As winter approaches every year, the sun begins to show less and less light than it did in the summer months. In the northern hemisphere, at around the time winter fast approaches, the days become shorter and the darkness of night drags longer. In ancient times, people depended heavily on the cyclical nature of the seasons and so they paid attention to the shortening days. Many traditional celebrations can trace their roots to the winter solstice.
The winter solstice, in astronomy, is the moment when earth’s orbit places one hemisphere tilted further away from the sun. Interestingly enough is that earth has two winter solstices in a single year. One in December in the northern hemisphere, and one in June in the southern hemisphere.
Christmas tree and yule log
In December, many of us decorate a traditional Christmas tree as one way of celebrating the winter holiday. But how about instead of adorning the tree with pretty colorful baubles, we just chopped it and subsequently burnt it in the fireplace? Bizzare as it may appear now, that used to be the tradition for germanic people before Christianity was adopted. Keeping a fire lit in the cold dark winter season to get through it and arrive in spring.
Rebirth of the sun
A major theme linked to the winter solstice is the rebirth of the sun. The solstice marks the shortest day in the year with the fewest hours of daylight. Fear of the dark in one deeply rooted in human consciousness. Ever since prehistory, when man had to be alert and survive perilous days and nights with predatory animals stalking about. So people looked to create a safe luminous environment. We only need to look at the many street lights littering our cities. Before such technological advantages were available, people used fires, candles, and torches.
The famine months
The shortest day of the year thus has much cultural significance. It marked the beginning of winter. Going into winter, starvation was a real threat. “The famine months” is what those winter chilly periods are known as. Cattle were slaughtered so that they may not feed them during winter. It also provided a reserve of meat to carry them through this cold period. This survival method has instilled in culture a tradition of festivity. Celebrating the bountiful harvest and the plentiful meat.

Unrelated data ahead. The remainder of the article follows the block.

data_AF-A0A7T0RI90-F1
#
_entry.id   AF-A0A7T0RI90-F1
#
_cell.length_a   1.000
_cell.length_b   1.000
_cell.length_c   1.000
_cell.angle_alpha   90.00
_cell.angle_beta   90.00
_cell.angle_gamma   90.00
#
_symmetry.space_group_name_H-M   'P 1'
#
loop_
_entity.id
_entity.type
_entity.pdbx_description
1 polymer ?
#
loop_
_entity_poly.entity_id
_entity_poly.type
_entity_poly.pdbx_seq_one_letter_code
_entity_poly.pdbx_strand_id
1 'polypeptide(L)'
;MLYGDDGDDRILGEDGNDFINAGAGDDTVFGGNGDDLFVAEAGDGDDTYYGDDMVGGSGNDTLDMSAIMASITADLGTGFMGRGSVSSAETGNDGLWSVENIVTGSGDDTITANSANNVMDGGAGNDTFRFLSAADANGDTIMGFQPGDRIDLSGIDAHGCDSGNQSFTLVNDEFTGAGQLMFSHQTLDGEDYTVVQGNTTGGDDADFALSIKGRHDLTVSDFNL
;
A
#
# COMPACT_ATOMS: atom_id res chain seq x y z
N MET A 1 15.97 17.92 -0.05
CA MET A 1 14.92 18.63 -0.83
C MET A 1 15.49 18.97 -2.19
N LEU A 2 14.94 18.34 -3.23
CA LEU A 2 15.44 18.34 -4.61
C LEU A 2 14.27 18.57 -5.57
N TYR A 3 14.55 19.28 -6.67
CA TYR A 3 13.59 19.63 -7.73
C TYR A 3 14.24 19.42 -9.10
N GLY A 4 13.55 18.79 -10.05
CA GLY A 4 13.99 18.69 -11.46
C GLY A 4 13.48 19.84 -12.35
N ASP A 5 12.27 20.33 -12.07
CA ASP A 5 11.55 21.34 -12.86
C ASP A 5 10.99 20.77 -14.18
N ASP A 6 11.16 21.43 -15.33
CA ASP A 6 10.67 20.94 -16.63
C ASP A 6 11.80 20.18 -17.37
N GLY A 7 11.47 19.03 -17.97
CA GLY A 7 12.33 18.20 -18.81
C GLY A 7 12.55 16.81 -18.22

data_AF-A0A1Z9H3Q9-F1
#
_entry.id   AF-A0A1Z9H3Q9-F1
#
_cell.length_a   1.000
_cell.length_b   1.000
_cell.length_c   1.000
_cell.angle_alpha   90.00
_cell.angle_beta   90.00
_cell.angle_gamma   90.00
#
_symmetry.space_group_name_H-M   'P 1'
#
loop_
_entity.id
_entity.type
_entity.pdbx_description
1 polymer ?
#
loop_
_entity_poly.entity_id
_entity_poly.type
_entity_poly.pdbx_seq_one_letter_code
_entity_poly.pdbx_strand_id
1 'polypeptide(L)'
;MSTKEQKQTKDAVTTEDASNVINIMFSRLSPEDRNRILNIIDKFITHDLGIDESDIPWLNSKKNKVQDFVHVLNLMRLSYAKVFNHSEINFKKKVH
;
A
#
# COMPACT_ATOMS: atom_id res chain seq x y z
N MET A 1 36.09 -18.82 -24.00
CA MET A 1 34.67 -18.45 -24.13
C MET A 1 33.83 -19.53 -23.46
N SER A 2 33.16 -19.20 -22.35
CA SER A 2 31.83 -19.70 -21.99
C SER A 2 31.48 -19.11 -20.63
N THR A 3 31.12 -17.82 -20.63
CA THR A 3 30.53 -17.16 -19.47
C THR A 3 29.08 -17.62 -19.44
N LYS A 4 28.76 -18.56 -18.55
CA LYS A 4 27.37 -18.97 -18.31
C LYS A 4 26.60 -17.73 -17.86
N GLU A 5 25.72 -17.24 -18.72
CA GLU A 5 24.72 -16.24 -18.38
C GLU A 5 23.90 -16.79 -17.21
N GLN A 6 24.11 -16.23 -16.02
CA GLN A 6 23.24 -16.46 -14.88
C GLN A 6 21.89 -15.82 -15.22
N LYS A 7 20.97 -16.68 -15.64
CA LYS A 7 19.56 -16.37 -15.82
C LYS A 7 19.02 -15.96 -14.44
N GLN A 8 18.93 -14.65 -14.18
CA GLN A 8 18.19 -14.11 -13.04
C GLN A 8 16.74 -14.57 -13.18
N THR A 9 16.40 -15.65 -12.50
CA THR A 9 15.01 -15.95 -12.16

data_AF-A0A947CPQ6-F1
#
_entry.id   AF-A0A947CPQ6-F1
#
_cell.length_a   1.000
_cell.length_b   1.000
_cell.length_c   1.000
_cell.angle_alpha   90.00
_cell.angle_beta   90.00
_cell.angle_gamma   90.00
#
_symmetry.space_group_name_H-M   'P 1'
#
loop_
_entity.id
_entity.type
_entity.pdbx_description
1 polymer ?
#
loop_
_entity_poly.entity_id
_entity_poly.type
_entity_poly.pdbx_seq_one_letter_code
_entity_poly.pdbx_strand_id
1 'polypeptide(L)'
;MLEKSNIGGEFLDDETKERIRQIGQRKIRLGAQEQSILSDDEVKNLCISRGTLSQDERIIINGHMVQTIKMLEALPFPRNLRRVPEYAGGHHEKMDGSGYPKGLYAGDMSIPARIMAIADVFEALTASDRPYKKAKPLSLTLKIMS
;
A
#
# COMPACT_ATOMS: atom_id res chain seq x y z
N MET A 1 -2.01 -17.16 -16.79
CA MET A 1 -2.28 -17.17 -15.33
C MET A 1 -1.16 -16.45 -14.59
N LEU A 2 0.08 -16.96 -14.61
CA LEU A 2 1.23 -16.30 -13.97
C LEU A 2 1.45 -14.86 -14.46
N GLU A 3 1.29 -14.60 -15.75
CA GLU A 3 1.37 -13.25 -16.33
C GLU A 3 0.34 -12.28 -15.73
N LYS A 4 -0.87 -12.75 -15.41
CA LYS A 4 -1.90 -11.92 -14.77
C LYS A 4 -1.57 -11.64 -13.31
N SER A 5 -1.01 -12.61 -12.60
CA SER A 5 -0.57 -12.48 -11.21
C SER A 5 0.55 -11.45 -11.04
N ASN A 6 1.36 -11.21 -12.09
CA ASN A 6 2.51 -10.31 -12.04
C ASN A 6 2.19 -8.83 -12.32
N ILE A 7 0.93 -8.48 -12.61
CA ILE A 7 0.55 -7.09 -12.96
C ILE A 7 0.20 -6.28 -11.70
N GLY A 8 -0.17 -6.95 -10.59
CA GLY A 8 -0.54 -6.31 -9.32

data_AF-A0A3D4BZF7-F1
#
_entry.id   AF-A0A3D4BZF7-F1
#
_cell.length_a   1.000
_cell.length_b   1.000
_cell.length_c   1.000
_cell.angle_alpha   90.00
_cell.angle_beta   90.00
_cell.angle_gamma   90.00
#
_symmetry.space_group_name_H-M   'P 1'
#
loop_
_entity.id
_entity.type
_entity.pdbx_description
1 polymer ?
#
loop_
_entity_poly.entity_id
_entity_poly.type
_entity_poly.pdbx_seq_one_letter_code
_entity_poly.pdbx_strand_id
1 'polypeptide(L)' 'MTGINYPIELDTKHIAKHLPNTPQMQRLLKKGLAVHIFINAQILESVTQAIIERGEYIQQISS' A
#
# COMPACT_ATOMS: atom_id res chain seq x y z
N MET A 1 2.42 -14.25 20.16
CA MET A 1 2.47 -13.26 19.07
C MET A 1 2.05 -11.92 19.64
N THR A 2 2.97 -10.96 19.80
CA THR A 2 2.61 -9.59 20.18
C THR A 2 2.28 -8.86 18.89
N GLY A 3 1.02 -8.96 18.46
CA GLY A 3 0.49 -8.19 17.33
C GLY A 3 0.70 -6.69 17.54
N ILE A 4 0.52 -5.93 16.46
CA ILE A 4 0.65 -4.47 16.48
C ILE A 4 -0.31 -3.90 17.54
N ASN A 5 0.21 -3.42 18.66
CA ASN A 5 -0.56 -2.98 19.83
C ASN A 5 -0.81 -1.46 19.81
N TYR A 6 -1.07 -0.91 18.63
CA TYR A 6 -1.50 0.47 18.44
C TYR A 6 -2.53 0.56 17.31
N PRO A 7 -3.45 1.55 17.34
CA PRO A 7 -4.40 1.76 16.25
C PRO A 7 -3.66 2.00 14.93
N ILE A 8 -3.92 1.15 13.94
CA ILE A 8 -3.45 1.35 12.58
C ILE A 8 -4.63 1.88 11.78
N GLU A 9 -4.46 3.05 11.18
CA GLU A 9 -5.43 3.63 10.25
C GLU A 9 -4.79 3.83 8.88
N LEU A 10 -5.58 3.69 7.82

Ancient Egyptians and Persians combined traditions with the ancient Romans in a festival to the god, Saturn, around the time of the winter solstice. They celebrated with a feast, gift-giving and an embracing of peace. No wars were carried out in this period and all were equal. The masters served the slaves and servants. A kind of opposite day. They lit candles and lamps to keep away the creeping night-time darkness. Romans too celebrated Saturnalia, in the name of the god Saturn. They gave offerings to the god in the temple of Saturn. A public banquet was organized, private gift exchanged and general merriment followed. The name of the celebration and reason for it being assigned to Saturn is that he was considered an agricultural deity.
The battle between light and darkness
In Iranian culture, the observance of Yalda takes place to mark the coming of winter. People in Iran celebrate by gathering with friends and family to eat together, drink and read poetry. Candles and fires are lit to aid the sun to fight the darkness, which was considered to be evil. The Germanic people and those of the Scandinavian peninsula held a twelve-day festivity in which sacrifices were made to the gods to ensure a successful new harvest year. Also, the yule log was burnt. This too had some specific requirements. In some regions, a piece of last year’s yule log had to be kept in order the light up the next one. The goal seems to have been to light up the house and turn night into day.
The underlying intention of many of these festive endeavors is to face the darkening days with a celebration of light. By the fireplace, keeping vigil in the dark, awaiting the return of sunnier days. Something we still do today in some variant around Christmas time.